This book demonstrates how Japanese Americans have developed traditions of complex silences to survive historic moments of racial and religious oppression and how they continue to adapt these traditions today. In order to examine Japanese Americans' complex relationship to silence, Brett Esaki offers four case studies of Japanese American art--gardening, origami, jazz, and monument construction--and examines how each artistic practice has responded to a historic
moment of oppression. In doing so, he finds that these artistic silences incorporate and convey obfuscated religious ideas from Buddhism, Christianity, Confucianism, Shinto, indigenous religions, and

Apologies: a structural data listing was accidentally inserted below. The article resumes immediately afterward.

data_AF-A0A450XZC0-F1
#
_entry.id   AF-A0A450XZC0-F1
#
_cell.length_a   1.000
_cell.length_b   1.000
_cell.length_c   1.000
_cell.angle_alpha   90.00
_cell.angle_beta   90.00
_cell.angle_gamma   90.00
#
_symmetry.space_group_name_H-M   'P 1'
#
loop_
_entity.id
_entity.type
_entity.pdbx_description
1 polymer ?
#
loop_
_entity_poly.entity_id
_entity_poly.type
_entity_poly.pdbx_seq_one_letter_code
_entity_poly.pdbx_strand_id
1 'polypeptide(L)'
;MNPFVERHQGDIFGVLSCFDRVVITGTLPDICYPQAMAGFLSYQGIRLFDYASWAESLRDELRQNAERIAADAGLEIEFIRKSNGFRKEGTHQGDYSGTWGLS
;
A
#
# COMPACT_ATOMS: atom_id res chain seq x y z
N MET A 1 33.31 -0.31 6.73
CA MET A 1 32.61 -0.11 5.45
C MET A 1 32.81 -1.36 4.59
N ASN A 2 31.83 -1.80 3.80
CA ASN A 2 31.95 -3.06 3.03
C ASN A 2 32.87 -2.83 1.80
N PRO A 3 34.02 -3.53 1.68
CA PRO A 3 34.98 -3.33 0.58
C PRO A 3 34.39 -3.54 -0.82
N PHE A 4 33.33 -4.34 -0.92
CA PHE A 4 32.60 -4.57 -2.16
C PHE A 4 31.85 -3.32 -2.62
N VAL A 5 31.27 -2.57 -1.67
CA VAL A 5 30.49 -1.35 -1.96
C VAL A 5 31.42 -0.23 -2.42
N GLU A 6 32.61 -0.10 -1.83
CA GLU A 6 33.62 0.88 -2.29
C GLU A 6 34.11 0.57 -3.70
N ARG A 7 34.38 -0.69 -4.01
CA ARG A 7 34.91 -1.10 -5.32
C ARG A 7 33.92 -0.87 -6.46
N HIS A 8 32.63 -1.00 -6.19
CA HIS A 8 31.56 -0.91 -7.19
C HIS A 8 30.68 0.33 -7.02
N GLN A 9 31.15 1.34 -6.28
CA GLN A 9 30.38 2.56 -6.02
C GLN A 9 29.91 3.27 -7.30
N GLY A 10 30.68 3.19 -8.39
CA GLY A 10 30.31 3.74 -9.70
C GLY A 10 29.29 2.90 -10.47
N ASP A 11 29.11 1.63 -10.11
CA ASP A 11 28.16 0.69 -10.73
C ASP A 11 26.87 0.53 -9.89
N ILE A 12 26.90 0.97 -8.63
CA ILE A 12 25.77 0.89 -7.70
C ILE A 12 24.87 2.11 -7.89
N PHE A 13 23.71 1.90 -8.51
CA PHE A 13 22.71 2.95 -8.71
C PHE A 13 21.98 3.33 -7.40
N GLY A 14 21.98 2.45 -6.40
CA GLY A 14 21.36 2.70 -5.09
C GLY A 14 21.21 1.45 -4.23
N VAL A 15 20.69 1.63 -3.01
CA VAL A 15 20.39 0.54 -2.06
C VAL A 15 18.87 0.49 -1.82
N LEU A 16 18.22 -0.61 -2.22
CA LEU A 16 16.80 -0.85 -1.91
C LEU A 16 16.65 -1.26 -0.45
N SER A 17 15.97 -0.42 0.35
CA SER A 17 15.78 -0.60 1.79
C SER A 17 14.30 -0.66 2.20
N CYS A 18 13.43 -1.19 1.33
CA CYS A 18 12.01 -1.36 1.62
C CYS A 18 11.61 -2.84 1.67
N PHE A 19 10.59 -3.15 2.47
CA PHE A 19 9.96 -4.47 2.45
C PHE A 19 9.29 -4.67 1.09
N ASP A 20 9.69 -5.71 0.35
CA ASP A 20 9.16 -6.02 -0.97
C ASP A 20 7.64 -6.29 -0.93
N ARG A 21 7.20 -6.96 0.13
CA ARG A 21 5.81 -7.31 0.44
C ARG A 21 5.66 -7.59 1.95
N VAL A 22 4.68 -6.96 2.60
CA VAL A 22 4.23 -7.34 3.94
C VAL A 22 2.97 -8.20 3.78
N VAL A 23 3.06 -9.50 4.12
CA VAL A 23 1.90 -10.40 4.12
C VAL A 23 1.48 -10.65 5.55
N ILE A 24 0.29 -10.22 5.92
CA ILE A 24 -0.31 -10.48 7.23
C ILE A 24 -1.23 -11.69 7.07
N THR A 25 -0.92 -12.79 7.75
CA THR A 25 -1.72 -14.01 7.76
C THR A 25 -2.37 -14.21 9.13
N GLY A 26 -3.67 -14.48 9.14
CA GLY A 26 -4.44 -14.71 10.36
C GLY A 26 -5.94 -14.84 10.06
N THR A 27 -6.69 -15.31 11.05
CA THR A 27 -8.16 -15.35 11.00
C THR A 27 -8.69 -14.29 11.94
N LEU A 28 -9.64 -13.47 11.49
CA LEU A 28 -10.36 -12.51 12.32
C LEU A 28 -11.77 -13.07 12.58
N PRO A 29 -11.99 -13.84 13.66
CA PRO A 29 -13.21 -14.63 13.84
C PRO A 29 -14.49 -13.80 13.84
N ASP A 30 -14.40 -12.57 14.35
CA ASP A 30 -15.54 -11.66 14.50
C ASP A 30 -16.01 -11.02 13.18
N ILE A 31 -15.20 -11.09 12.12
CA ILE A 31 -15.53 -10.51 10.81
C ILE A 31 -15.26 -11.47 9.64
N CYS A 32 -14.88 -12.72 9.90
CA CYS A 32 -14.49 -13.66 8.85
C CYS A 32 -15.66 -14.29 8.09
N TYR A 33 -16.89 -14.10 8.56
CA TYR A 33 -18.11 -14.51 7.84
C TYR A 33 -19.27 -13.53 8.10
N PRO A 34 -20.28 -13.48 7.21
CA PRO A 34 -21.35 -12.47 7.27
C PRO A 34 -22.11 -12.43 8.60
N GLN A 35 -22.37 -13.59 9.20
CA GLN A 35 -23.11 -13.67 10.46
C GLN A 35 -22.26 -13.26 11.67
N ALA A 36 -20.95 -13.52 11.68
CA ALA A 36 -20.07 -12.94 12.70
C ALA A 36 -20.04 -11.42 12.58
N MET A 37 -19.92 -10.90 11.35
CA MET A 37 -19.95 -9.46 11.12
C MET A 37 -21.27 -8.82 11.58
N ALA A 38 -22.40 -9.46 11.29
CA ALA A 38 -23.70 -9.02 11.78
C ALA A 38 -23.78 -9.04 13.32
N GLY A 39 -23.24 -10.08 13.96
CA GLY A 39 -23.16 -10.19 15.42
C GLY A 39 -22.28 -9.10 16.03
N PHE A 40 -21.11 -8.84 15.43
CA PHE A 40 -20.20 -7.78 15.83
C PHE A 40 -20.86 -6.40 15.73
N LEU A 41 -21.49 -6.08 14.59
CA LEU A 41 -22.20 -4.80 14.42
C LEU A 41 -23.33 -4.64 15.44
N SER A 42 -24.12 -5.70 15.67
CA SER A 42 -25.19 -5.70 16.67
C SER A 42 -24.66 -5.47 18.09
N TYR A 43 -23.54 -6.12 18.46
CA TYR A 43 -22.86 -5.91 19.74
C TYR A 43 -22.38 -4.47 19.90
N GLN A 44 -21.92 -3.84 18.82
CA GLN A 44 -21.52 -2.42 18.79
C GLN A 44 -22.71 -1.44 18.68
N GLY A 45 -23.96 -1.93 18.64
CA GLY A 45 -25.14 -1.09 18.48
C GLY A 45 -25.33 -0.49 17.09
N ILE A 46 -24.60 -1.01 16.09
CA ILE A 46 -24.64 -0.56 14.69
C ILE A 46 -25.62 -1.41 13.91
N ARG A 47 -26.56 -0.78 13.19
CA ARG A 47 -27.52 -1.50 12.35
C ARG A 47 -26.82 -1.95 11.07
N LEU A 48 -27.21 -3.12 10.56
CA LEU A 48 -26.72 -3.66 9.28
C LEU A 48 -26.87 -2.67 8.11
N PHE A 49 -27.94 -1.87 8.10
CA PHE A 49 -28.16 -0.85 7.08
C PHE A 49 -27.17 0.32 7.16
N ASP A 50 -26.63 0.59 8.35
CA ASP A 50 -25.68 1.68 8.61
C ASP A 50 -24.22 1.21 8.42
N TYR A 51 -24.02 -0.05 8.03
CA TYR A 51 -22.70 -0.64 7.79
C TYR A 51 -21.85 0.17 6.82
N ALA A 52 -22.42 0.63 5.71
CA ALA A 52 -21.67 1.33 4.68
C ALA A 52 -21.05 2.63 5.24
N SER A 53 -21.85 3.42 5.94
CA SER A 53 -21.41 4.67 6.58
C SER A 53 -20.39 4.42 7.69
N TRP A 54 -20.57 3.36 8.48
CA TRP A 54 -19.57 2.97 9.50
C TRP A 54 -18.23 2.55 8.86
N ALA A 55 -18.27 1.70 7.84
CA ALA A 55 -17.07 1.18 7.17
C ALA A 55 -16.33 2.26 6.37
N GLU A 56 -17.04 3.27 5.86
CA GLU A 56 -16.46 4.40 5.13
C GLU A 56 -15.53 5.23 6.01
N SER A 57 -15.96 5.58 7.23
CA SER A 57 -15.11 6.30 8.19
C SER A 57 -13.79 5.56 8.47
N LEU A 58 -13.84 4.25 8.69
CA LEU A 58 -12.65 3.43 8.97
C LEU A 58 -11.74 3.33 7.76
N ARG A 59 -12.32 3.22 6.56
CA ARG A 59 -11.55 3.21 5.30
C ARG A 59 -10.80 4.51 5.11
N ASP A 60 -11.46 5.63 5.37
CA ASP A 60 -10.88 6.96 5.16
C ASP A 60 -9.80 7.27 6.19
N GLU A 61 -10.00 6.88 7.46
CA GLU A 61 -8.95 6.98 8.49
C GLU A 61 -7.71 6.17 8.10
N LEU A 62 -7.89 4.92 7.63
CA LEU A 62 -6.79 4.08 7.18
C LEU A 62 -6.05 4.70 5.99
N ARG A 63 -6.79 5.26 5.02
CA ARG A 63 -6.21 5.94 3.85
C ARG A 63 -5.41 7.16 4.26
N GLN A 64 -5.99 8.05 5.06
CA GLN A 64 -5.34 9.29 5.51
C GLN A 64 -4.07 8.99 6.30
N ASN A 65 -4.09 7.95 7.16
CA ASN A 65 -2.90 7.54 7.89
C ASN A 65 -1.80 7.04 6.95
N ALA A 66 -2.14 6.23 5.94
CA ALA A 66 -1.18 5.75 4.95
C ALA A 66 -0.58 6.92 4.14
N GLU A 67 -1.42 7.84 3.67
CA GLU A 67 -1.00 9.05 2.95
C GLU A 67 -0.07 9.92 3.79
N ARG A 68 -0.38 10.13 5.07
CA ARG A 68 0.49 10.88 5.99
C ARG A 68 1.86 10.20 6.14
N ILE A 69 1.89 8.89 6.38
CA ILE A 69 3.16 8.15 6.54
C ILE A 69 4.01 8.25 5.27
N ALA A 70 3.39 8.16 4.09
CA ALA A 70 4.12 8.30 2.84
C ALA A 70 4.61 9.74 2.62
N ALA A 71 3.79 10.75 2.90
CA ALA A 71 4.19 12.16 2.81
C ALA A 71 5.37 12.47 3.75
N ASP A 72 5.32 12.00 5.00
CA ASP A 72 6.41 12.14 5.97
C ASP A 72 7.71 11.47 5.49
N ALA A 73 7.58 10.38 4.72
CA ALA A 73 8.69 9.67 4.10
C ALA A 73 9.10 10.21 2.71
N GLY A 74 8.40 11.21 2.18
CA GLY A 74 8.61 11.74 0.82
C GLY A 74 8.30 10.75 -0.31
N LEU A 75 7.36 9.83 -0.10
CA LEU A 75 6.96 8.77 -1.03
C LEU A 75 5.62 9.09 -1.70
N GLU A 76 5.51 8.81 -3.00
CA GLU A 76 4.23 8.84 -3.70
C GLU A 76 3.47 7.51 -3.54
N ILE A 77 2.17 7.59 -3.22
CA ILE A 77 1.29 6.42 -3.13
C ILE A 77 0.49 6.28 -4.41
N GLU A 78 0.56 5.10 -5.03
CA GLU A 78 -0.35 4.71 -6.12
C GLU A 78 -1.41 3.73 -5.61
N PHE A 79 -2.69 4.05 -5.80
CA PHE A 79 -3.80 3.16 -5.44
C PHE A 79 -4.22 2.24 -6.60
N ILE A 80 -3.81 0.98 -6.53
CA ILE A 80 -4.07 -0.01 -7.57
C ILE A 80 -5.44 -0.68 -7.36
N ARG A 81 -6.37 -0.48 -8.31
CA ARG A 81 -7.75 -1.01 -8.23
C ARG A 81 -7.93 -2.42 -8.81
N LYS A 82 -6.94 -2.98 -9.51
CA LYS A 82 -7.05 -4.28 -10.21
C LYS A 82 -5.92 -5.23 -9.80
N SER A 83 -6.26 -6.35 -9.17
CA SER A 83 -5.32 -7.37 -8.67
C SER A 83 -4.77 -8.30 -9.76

contemporary spirituality. While silence is often thought of as the binary opposite and absence of sound, this book provides a non-binary theory of silence that articulates how multidimensional silences are formed and how they function. Brett Esaki argues that non-binary silences have allowed Japanese Americans to disguise, adapt, and innovate religious resources in order to negotiate racism and oppressive ideologies from both the United States and Japan. Drawing from the
fields of religious studies, ethnic studies, theology, anthropology, art, music, history, and psychoanalysis, this book highlights the ways in which silence has been used to communicate the complex
emotions of historical survival, religious experience, and artistic inspiration.